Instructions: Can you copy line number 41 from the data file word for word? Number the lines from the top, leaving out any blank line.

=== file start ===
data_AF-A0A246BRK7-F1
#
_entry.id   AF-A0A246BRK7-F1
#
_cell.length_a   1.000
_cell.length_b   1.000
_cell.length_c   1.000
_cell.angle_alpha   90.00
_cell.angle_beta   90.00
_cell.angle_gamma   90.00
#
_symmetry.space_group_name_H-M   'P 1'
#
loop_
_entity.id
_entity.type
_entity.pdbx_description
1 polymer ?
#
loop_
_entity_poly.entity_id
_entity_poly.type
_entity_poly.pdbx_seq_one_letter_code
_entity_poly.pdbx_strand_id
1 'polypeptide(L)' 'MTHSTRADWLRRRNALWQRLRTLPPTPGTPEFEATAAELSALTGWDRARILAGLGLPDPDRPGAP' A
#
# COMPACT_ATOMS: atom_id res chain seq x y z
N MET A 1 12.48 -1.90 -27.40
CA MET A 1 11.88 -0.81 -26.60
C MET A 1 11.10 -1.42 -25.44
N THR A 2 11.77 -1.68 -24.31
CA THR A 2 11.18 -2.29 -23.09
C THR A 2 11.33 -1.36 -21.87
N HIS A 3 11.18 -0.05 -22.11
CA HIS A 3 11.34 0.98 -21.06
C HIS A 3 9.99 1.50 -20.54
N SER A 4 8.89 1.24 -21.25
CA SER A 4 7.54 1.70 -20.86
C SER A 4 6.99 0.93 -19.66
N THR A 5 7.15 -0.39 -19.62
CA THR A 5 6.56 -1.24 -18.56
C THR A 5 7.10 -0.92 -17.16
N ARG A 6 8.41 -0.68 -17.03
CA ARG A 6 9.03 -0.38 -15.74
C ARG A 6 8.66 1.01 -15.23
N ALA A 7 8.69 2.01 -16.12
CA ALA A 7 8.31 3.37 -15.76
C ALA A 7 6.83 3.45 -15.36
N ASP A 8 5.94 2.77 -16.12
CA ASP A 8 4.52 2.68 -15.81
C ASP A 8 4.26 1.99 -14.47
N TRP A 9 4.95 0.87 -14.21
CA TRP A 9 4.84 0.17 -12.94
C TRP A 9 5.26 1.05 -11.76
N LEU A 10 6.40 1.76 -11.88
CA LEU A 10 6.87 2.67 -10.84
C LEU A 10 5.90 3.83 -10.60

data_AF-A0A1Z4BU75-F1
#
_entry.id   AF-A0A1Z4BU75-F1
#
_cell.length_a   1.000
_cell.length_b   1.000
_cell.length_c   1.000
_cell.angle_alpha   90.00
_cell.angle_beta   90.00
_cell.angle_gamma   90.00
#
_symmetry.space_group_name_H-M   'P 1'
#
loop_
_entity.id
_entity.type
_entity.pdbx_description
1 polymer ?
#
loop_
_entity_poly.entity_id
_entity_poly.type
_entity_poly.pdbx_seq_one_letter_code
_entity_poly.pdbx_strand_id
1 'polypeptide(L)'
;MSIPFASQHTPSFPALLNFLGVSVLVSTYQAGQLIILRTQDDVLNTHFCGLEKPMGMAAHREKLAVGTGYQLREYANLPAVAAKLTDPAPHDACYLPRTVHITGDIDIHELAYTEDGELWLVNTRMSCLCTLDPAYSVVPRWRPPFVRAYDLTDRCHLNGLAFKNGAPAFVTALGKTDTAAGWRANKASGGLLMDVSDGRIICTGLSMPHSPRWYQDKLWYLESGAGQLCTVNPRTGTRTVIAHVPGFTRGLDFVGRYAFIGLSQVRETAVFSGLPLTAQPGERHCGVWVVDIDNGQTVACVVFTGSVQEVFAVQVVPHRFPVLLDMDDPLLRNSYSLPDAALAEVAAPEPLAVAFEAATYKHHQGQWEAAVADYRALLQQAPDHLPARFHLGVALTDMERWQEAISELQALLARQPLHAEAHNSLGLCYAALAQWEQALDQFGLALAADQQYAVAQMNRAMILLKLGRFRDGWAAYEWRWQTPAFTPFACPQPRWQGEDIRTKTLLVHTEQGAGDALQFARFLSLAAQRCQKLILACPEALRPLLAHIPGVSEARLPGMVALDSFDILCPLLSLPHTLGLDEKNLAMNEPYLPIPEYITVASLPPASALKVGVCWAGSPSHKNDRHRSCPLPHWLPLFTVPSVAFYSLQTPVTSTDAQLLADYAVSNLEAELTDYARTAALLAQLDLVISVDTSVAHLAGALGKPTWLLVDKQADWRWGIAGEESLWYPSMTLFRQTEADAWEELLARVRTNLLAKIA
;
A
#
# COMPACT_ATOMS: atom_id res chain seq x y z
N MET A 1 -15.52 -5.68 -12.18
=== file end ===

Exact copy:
CA THR A 5 6.56 -1.24 -18.56